The 14,000-word limit that applies to a party’s main brief in a typical appeal will ordinarily result in a brief that is around 60 pages long. In my experience, that word limit affords more than adequate space to address an appeal of ordinary complexity. One common way that an ordinary appeal may risk exceeding the applicable word limit arises when the first draft of the appellate brief is constructed through a process of simply cutting and pasting together those portions of the trial court briefs addressing the issues on appeal.

If three 20-page briefs were filed in the trial court, each addressing one of the three issues to be pursued on appeal, an appellate brief consisting of the contents of those trial court briefs can easily approach 60 pages of text and the 14,000-word limit. It is for this reason that I strongly disfavor any method of drafting an appellate brief that begins with cutting and pasting together the relevant pieces of the trial court briefing on the issues to be addressed on appeal. Rather, it is far preferable to write the appellate brief from scratch, after becoming fully familiar with the facts and arguments that were addressed in the briefs filed in the trial court.

As in the story of “Goldilocks and the Three Bears,” where the lead character was constantly searching for the solution that was “just right,” appellate advocates understandably may feel that they are sometimes trapped between two unsatisfactory extremes. On the one hand, if an appellate brief fails to contain the necessary factual and procedural background and arguments that are sufficiently persuasive and supported by appropriate authority, then the appellate court may fail to appreciate the wisdom of those arguments and thus fail to be persuaded by them. On the other hand, if an appellate brief contains unnecessary detail, too many arguments and too many string cites for even the most mundane legal principles, then the appellate judges may simply stop paying close attention to the brief, and the brief may lose its ability to persuade.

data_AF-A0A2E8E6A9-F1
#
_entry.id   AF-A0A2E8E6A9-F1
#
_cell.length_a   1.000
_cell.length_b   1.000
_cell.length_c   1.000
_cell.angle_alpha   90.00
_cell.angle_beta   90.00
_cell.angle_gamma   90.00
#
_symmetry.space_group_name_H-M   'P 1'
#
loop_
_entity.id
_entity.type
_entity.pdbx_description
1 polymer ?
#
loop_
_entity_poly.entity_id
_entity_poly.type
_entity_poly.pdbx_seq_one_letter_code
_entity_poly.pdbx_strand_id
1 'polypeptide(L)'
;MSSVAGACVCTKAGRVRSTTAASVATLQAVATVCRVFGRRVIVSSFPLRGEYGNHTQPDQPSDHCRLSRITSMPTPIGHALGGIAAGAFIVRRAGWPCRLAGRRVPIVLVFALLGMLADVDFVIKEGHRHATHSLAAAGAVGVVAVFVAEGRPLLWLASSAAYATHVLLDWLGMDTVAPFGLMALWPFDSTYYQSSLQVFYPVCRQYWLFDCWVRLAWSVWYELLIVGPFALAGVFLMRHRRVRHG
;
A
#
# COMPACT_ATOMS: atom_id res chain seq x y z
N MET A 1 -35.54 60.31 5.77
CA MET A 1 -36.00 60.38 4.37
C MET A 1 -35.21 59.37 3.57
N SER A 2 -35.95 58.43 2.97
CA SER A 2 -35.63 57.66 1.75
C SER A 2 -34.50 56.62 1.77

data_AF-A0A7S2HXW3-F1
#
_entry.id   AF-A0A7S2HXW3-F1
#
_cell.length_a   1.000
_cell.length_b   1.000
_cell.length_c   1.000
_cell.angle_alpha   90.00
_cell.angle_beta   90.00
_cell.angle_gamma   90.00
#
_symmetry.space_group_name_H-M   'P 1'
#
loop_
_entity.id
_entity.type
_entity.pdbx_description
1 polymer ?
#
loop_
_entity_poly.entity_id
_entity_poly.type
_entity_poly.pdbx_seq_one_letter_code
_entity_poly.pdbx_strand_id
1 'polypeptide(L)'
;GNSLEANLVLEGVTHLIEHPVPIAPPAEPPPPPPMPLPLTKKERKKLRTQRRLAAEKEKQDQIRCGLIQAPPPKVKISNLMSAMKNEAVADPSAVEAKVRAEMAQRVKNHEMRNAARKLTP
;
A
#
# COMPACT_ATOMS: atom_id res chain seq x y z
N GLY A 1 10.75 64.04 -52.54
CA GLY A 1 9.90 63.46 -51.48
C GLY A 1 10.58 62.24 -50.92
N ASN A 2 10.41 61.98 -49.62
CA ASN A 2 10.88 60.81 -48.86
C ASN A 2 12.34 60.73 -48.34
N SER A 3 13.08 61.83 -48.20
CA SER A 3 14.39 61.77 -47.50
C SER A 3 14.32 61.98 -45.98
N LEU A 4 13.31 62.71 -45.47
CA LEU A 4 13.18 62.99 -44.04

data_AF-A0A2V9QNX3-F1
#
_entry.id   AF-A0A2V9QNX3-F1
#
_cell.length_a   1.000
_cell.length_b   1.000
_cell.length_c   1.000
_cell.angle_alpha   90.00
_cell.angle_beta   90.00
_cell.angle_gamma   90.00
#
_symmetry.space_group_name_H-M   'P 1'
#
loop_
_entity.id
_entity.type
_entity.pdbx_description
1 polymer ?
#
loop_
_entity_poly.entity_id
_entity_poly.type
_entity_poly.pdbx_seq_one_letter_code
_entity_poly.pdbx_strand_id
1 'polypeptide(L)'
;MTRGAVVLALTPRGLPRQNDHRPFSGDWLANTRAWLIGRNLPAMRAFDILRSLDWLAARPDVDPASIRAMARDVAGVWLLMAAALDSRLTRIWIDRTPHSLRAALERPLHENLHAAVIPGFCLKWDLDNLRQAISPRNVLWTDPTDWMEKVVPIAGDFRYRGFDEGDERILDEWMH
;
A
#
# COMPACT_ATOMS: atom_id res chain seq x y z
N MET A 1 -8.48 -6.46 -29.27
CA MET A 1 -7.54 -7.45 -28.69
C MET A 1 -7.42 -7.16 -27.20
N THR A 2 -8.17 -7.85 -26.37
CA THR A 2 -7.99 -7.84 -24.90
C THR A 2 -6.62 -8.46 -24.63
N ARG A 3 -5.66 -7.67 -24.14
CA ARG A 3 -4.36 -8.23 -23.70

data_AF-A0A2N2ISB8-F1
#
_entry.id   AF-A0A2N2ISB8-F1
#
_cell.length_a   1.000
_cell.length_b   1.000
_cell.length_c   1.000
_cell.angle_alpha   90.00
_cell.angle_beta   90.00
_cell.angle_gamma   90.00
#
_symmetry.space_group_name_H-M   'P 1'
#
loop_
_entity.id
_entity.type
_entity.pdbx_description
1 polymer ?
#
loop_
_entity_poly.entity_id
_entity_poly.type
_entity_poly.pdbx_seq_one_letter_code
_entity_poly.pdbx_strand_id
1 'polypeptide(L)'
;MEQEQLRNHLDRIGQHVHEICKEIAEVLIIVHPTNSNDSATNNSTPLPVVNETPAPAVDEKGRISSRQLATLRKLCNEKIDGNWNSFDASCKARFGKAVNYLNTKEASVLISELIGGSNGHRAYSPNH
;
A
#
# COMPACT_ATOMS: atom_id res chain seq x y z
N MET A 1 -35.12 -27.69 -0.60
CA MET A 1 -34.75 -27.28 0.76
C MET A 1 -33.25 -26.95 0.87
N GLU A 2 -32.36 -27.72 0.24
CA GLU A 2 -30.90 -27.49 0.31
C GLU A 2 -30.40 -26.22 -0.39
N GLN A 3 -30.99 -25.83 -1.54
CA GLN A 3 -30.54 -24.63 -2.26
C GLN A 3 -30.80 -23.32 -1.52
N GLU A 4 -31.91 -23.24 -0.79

It is of course easy for me to say that appellate briefs should be short, to-the-point and concise. But the question remains: How can one achieve those goals in a case where the current draft of the brief exceeds the applicable word limit?

Here are two key pieces of advice. First, omit irrelevant background. If it is of no consequence when various motions or other documents were filed in the trial court, then the brief does not need to contain those dates. Second, and even more importantly, remember that an appeal that raises fewer issues has a greater likelihood of success than an appeal that raises an unnecessarily large number of issues. Surely the number of issues being raised on appeal has the greatest impact on how long the appellate brief will turn out to be.